Over 1,200 US flights delayed after massive glitch in computer system; cyber attack ruled out
New York, January 11: All flights across the United States were grounded following a glitch with the Federal Aviation Administration's computer system, US media reports.
On the other hand, the White House has denied cyber attack 'as of now'.
In a statement to NBC News, the Federal Aviation Administration said: "The FAA is working to restore its Notice to Air Missions System."
The US Federal Aviation Administration's system sends alerts to pilots and other personnel on hazards or suspected changes to airport facility services. However, the system was neither picking up relevant procedures nor processing updated information.
As per available information, at least 1,230 flights were delayed within, into, or out of the United States as of Wednesday 5.31am.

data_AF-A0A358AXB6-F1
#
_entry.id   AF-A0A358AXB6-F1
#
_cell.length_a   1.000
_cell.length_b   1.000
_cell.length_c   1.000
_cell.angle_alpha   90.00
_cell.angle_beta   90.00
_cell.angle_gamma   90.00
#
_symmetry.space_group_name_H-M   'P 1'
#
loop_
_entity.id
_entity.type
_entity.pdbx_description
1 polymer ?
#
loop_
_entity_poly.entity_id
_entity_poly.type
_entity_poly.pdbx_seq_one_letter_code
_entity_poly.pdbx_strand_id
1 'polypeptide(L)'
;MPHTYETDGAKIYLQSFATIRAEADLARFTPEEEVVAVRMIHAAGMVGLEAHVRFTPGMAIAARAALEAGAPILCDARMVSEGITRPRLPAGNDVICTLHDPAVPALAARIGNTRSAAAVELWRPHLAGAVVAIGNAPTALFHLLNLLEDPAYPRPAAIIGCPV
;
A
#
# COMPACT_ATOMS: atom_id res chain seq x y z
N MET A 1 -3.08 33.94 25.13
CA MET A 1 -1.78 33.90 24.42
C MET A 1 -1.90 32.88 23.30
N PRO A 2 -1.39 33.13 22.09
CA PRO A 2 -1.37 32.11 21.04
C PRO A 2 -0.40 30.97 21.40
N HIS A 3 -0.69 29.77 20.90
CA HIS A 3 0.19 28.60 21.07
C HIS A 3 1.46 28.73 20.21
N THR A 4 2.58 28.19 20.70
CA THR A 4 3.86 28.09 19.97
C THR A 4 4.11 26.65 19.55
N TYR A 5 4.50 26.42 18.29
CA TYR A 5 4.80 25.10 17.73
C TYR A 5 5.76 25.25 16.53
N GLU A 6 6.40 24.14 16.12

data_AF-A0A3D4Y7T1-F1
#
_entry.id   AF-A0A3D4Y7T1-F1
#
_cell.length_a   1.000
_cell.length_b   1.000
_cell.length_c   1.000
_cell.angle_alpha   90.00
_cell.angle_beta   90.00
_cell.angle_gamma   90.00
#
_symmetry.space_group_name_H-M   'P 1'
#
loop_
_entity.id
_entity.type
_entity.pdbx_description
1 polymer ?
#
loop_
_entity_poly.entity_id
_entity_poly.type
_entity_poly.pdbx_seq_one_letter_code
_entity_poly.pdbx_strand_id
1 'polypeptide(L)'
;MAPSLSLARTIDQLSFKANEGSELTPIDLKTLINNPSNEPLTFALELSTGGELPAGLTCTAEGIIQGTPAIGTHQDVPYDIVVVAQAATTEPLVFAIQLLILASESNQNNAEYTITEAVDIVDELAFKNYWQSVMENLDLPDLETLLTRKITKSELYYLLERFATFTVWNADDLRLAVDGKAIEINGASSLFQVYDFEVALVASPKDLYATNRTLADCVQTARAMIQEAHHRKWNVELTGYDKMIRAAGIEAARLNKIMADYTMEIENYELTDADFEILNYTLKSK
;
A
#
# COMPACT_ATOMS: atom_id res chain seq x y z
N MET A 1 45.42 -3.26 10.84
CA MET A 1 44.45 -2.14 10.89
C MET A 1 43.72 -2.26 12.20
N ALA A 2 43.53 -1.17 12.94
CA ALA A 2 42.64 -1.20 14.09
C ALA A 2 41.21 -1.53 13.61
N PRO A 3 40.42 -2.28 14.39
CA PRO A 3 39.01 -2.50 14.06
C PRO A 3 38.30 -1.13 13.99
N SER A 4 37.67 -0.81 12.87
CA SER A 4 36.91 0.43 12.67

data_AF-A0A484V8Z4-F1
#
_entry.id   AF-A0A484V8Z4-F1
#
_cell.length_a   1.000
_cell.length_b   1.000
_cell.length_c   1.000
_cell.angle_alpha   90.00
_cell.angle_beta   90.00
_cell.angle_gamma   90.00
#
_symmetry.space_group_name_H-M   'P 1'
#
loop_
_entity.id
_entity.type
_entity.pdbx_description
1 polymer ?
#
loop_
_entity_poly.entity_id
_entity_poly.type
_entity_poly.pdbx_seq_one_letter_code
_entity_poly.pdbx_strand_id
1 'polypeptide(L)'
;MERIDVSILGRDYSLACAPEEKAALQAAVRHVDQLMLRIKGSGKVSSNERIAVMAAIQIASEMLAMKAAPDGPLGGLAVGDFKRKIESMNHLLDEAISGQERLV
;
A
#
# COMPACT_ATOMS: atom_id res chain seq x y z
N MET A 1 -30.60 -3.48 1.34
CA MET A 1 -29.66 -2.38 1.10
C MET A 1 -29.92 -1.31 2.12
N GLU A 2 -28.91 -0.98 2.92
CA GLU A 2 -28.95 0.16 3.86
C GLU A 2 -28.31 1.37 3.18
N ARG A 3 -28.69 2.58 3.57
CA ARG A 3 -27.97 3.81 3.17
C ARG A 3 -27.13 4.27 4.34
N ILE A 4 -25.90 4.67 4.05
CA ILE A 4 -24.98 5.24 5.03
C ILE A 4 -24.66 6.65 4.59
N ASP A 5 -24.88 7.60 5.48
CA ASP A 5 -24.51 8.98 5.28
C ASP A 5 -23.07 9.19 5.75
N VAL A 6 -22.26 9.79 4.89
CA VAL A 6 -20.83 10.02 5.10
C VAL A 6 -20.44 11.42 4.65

It is leant that the US FAA has asked airlines to put on hold all domestic deaprtures till 9 am Eastern Time. A hotline has also been activated.
"Technicians are currently working to restore the system," the website showed, when the report was last filed.
As of now, there is no impact on flights from India to the US amid a glitch in US Federal Aviation Administration's system, said a senior DGCA official.
Moreover, the Air Traffic Control System Command Center (ATCSCC), a part of the Federal Aviation Administration air traffic control system, located in Warrenton, Virginia also issued an advisory that the United States NOTAM system failed and since then no new amendments have been processed.
"The United States NOTAM system failed at 2028Z. Since then no new NOTAMs or amendments have been processed. Technicians are currently working to restore the system and there is no estimate for restoration or service at this time," the ATCSCC advisory read.
The FAA is working to restore its Notice to Air Missions System. We are performing final validation checks and reloading the system now.
Operations across the National Airspace System are affected.
We will provide frequent updates as we make progress. — The FAA ✈️ (@FAANews) January 11, 2023
- With inputs from agencies